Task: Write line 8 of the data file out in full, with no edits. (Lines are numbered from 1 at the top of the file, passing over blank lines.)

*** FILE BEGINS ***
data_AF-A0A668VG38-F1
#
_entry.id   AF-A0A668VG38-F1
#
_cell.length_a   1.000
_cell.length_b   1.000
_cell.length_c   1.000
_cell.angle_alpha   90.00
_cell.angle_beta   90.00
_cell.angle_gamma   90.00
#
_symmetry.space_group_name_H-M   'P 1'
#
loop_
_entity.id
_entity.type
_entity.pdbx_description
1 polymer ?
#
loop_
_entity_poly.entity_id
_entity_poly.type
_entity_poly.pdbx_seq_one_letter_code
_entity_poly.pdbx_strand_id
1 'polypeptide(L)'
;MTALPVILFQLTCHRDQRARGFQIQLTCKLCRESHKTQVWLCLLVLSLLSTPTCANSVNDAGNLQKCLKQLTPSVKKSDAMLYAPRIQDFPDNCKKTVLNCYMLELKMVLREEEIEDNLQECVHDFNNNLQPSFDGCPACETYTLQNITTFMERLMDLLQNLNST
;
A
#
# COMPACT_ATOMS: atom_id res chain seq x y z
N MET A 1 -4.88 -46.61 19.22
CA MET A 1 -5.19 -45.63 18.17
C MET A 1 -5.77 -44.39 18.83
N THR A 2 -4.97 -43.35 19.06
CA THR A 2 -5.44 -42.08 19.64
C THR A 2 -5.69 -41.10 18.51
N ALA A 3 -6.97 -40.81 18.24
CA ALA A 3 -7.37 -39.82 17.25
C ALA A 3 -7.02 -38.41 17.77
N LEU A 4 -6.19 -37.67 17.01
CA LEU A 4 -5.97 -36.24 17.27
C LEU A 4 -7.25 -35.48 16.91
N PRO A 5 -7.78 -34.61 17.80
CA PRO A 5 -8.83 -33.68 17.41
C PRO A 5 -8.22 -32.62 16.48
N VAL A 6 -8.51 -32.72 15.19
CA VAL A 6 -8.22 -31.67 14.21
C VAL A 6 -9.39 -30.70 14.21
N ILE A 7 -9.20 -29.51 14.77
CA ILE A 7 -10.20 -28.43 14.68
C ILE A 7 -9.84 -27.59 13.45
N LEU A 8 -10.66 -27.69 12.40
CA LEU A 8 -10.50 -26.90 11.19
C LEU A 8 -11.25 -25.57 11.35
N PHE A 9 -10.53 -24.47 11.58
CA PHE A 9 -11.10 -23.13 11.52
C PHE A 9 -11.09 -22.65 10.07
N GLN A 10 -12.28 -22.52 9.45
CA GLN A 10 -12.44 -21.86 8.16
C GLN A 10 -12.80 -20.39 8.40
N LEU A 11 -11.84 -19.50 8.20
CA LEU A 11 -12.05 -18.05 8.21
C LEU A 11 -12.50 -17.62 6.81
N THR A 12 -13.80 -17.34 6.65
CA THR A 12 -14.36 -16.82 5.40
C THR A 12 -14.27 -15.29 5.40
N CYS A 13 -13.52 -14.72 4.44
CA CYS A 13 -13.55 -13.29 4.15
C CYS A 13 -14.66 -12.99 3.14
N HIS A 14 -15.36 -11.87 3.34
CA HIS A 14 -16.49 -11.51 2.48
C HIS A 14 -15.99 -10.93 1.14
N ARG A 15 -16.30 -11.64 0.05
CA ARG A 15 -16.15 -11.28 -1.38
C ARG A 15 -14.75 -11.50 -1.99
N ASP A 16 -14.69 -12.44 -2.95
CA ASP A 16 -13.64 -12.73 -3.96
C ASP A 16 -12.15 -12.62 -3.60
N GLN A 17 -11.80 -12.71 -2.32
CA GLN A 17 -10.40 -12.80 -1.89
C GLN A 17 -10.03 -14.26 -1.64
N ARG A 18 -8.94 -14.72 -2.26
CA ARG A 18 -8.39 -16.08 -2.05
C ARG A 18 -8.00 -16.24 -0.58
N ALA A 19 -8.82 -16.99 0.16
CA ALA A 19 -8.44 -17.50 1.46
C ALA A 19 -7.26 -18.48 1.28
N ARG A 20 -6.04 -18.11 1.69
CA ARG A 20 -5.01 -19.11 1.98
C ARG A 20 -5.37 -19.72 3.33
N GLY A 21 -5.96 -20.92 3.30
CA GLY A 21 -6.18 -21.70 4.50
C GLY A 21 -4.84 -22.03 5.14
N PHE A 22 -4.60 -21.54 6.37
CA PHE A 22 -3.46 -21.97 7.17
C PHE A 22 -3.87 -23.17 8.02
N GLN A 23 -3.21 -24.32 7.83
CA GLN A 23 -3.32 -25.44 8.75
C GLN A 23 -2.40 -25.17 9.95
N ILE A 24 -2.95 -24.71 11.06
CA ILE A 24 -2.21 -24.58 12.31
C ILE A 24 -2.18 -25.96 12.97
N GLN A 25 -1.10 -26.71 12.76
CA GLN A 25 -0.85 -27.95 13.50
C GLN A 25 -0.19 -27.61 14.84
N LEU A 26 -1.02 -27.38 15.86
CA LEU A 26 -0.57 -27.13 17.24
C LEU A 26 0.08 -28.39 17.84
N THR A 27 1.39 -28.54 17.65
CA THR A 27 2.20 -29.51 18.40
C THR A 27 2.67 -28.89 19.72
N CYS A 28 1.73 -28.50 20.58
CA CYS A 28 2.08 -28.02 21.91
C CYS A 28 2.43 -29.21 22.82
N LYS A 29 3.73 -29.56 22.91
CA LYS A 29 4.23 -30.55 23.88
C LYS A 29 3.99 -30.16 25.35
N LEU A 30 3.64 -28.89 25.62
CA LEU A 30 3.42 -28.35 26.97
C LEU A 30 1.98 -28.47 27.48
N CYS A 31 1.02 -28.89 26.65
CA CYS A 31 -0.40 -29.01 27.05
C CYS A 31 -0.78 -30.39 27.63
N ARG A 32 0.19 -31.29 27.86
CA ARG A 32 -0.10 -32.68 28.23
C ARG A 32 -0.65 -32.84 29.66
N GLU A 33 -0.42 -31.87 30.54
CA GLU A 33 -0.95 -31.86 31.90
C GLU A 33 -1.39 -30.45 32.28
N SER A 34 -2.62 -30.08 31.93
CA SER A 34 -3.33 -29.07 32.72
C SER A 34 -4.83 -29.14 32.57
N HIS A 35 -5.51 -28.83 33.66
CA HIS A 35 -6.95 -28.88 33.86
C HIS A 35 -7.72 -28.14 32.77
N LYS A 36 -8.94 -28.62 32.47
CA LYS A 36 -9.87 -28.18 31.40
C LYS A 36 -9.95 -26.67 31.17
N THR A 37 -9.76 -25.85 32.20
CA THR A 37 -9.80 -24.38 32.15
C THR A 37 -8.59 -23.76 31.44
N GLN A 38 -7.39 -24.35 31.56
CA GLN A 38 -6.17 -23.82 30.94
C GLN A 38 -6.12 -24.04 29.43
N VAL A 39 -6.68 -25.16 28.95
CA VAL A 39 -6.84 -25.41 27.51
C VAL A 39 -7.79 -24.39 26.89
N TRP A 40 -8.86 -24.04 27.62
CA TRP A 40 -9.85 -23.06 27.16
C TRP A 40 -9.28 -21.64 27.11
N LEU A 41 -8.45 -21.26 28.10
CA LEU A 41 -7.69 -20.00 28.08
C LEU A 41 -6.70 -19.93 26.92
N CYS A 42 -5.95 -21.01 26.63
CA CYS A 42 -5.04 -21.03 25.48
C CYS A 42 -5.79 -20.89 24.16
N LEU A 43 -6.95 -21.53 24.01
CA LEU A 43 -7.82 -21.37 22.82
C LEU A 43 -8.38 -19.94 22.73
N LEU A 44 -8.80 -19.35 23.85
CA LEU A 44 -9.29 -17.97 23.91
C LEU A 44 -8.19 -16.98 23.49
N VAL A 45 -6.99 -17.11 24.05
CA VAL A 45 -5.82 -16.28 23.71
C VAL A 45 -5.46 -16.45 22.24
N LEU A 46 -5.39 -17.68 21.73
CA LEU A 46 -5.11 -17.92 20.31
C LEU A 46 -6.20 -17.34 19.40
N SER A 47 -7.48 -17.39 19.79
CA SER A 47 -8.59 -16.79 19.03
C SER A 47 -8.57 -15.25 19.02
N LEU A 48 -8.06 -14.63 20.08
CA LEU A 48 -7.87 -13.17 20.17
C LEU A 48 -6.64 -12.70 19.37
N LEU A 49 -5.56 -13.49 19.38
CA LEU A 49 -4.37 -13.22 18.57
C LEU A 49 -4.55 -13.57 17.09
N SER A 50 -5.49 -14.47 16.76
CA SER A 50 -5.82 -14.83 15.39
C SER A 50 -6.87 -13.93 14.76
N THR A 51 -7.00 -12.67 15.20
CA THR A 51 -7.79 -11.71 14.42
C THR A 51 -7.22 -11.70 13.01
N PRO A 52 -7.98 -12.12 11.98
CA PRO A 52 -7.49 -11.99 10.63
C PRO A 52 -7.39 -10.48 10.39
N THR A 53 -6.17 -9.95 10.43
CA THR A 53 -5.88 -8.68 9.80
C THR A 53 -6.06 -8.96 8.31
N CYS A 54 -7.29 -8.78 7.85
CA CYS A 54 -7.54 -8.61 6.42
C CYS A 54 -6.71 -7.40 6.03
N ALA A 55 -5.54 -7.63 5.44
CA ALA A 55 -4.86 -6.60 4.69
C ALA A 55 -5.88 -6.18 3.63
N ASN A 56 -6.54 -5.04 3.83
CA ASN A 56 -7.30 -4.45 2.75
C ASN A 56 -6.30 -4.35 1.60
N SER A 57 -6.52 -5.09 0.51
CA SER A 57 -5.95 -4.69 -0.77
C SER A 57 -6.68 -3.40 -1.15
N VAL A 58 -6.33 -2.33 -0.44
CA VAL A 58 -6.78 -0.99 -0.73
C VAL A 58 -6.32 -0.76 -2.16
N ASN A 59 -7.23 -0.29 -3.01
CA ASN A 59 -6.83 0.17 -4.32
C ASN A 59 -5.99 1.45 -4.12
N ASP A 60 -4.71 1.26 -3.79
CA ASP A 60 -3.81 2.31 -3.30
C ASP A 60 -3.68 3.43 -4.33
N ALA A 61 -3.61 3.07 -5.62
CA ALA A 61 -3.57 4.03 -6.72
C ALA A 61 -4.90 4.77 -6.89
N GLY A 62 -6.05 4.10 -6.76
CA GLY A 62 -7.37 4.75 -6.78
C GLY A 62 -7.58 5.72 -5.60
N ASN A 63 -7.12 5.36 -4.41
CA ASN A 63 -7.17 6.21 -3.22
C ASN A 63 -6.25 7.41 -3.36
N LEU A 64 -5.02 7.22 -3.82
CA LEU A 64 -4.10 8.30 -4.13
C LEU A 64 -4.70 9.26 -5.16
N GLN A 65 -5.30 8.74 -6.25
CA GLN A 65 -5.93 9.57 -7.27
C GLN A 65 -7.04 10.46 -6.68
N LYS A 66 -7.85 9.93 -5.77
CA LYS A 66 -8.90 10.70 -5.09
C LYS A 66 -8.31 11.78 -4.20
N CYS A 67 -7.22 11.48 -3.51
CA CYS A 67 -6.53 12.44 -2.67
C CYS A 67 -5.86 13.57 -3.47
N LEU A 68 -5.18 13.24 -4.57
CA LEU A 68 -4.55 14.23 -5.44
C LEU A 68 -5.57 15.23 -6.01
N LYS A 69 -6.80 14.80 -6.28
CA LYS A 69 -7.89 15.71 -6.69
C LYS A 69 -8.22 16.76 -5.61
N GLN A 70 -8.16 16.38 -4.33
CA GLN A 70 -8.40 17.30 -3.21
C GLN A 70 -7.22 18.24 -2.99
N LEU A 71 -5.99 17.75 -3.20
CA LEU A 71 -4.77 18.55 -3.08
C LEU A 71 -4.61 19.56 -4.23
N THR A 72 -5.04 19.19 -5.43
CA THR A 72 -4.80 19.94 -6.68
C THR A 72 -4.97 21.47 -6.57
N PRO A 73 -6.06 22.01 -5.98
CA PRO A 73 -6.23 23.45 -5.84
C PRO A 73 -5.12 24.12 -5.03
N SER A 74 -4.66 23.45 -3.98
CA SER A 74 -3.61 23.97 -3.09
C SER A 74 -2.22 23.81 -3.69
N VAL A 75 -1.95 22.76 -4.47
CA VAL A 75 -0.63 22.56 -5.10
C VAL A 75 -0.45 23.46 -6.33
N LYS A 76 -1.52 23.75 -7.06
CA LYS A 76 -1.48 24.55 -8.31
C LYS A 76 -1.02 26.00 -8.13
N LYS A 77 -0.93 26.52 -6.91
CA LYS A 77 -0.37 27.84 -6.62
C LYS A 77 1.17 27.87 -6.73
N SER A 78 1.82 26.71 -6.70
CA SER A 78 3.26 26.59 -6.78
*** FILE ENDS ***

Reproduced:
_cell.angle_alpha   90.00